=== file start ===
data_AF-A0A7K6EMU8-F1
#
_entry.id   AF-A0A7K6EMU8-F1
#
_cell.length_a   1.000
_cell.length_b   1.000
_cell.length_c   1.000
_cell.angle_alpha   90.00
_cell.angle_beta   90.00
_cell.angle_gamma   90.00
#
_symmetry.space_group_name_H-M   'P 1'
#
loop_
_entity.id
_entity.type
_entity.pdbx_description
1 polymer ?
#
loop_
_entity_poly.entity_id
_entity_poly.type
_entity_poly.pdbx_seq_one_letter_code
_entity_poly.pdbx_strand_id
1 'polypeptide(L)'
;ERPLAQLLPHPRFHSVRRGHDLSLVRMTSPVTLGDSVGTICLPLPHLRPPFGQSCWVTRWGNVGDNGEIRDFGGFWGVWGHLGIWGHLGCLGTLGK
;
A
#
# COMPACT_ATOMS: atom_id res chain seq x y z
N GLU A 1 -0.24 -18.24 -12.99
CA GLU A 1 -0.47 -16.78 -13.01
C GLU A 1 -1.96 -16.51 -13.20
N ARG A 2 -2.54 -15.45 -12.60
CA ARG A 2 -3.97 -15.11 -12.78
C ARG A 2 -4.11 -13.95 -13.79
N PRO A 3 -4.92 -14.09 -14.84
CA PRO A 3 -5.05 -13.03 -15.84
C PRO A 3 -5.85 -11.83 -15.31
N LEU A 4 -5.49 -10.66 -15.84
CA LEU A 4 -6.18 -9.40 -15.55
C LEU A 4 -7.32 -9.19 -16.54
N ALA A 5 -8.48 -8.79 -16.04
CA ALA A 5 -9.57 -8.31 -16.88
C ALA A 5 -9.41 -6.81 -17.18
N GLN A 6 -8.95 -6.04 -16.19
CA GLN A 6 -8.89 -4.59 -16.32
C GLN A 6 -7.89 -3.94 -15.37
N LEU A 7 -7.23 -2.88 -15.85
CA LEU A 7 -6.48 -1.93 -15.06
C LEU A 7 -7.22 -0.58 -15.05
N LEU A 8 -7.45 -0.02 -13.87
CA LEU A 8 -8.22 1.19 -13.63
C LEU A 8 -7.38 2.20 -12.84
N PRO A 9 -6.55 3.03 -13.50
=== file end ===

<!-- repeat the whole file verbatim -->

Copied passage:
data_AF-A0A7K6EMU8-F1
#
_entry.id   AF-A0A7K6EMU8-F1
#
_cell.length_a   1.000
_cell.length_b   1.000
_cell.length_c   1.000
_cell.angle_alpha   90.00
_cell.angle_beta   90.00
_cell.angle_gamma   90.00
#
_symmetry.space_group_name_H-M   'P 1'
#
loop_
_entity.id
_entity.type
_entity.pdbx_description
1 polymer ?
#
loop_
_entity_poly.entity_id
_entity_poly.type
_entity_poly.pdbx_seq_one_letter_code
_entity_poly.pdbx_strand_id
1 'polypeptide(L)'
;ERPLAQLLPHPRFHSVRRGHDLSLVRMTSPVTLGDSVGTICLPLPHLRPPFGQSCWVTRWGNVGDNGEIRDFGGFWGVWGHLGIWGHLGCLGTLGK
;
A
#
# COMPACT_ATOMS: atom_id res chain seq x y z
N GLU A 1 -0.24 -18.24 -12.99
CA GLU A 1 -0.47 -16.78 -13.01
C GLU A 1 -1.96 -16.51 -13.20
N ARG A 2 -2.54 -15.45 -12.60
CA ARG A 2 -3.97 -15.11 -12.78
C ARG A 2 -4.11 -13.95 -13.79
N PRO A 3 -4.92 -14.09 -14.84
CA PRO A 3 -5.05 -13.03 -15.84
C PRO A 3 -5.85 -11.83 -15.31
N LEU A 4 -5.49 -10.66 -15.84
CA LEU A 4 -6.18 -9.40 -15.55
C LEU A 4 -7.32 -9.19 -16.54
N ALA A 5 -8.48 -8.79 -16.04
CA ALA A 5 -9.57 -8.31 -16.88
C ALA A 5 -9.41 -6.81 -17.18
N GLN A 6 -8.95 -6.04 -16.19
CA GLN A 6 -8.89 -4.59 -16.32
C GLN A 6 -7.89 -3.94 -15.37
N LEU A 7 -7.23 -2.88 -15.85
CA LEU A 7 -6.48 -1.93 -15.06
C LEU A 7 -7.22 -0.58 -15.05
N LEU A 8 -7.45 -0.02 -13.87
CA LEU A 8 -8.22 1.19 -13.63
C LEU A 8 -7.38 2.20 -12.84
N PRO A 9 -6.55 3.03 -13.50